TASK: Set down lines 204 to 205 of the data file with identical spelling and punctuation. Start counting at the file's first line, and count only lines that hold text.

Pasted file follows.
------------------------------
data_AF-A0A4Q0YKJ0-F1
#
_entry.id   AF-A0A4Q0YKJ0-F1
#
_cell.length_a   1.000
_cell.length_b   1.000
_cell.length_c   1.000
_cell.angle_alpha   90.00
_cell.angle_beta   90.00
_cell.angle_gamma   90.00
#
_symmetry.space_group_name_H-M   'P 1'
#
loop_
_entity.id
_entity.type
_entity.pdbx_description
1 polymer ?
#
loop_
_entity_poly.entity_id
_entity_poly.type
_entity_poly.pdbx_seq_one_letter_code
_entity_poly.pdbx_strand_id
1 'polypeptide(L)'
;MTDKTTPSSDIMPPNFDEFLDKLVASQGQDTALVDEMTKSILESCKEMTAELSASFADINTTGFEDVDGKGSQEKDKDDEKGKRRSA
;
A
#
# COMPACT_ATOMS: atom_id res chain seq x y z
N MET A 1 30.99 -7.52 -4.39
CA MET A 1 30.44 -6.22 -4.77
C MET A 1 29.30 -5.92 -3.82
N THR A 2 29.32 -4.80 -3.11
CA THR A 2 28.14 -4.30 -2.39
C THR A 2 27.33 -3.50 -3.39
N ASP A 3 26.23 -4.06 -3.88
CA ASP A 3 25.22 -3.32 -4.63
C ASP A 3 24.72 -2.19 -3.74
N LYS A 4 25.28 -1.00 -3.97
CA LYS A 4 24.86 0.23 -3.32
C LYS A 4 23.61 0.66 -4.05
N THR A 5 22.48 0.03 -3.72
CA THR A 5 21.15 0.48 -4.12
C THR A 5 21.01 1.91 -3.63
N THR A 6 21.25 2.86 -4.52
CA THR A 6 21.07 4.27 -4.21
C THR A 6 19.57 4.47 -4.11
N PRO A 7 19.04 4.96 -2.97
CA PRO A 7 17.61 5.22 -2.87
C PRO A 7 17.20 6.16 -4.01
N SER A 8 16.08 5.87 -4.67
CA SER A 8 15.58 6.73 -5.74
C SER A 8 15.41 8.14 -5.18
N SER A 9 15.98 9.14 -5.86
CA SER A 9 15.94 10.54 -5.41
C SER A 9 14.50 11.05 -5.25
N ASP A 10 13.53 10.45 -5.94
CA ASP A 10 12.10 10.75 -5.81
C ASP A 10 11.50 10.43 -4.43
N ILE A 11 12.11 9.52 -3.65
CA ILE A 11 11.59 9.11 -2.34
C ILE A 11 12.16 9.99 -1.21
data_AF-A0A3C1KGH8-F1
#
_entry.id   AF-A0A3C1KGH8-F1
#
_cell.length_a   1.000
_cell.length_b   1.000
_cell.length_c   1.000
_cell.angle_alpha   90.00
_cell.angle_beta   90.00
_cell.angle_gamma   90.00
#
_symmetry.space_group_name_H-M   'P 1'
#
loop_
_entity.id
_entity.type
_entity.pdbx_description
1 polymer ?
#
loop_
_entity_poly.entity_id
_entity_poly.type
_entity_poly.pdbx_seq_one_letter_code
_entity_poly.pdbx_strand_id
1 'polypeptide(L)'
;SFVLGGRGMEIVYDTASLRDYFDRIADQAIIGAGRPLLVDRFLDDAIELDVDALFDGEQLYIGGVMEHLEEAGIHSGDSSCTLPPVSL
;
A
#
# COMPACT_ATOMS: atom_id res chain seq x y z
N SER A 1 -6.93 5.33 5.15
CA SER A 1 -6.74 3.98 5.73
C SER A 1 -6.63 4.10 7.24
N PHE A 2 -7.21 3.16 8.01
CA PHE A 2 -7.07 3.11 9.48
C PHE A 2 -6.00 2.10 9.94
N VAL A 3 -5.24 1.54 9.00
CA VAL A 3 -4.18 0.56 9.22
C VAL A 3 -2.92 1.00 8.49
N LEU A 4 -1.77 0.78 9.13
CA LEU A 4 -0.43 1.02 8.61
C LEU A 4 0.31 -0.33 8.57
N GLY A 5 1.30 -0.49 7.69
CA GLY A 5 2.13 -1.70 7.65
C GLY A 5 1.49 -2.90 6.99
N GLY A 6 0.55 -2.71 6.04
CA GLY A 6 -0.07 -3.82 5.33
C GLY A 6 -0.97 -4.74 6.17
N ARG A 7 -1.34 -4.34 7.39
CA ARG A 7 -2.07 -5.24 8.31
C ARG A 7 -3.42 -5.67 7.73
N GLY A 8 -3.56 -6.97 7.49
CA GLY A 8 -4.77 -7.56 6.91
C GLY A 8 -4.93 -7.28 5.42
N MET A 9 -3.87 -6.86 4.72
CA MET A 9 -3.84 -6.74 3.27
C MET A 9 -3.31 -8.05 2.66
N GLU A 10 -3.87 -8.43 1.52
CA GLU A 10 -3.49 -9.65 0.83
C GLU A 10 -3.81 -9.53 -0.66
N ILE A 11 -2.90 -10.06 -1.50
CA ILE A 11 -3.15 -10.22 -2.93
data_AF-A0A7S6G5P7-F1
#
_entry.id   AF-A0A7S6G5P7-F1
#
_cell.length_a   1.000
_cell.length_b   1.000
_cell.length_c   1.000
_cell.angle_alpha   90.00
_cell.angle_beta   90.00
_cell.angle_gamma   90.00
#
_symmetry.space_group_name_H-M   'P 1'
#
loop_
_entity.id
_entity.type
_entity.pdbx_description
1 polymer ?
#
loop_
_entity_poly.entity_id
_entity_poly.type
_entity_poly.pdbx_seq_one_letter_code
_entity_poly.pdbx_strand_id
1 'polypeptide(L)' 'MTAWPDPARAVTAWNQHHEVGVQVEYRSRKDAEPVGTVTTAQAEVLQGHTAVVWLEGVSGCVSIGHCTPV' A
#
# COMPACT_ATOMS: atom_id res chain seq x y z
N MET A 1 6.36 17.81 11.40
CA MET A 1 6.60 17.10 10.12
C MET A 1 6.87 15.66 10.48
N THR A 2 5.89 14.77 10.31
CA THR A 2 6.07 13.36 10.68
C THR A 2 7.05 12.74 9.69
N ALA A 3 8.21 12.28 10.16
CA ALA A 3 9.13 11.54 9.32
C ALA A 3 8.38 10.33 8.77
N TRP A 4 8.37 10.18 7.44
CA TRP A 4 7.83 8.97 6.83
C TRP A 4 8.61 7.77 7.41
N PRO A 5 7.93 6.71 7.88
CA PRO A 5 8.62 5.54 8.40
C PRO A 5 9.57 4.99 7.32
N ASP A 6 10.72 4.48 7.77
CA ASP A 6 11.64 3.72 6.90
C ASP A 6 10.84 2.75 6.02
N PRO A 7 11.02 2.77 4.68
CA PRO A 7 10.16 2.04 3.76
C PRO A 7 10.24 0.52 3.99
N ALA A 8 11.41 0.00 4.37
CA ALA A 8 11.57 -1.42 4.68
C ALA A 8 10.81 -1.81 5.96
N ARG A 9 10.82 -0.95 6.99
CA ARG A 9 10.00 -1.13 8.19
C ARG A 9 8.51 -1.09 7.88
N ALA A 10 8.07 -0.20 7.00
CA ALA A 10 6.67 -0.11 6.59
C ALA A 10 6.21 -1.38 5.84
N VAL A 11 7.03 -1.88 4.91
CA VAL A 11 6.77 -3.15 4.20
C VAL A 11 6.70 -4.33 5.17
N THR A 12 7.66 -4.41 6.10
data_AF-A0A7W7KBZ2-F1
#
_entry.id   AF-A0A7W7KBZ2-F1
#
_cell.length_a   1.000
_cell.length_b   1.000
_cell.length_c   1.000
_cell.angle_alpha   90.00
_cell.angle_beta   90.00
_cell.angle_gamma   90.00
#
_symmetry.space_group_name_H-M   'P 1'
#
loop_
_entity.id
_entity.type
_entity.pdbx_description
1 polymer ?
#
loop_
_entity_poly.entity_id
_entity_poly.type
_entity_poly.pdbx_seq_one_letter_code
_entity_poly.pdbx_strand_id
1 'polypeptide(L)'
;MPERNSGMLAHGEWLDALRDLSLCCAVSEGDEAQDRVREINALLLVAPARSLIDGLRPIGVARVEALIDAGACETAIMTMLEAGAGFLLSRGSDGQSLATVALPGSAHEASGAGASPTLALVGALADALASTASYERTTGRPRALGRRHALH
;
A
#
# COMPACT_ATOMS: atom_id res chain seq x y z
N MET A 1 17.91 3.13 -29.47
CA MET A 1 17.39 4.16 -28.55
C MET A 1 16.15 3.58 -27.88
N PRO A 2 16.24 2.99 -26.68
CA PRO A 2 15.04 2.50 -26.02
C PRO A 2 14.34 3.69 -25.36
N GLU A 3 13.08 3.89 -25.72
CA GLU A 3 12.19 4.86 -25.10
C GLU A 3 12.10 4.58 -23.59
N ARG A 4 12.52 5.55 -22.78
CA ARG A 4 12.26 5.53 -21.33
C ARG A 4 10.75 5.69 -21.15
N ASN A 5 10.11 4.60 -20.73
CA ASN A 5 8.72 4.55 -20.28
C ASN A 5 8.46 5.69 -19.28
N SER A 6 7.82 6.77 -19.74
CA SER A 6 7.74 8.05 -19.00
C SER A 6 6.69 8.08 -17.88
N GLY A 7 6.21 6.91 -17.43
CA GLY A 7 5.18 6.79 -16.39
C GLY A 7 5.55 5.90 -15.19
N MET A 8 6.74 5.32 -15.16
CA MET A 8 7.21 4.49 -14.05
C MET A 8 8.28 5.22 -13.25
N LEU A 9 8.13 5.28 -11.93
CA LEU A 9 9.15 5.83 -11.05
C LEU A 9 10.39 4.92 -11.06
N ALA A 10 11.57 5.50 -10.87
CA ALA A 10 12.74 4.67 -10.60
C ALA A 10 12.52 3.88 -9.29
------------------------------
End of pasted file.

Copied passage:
1 polymer ?
#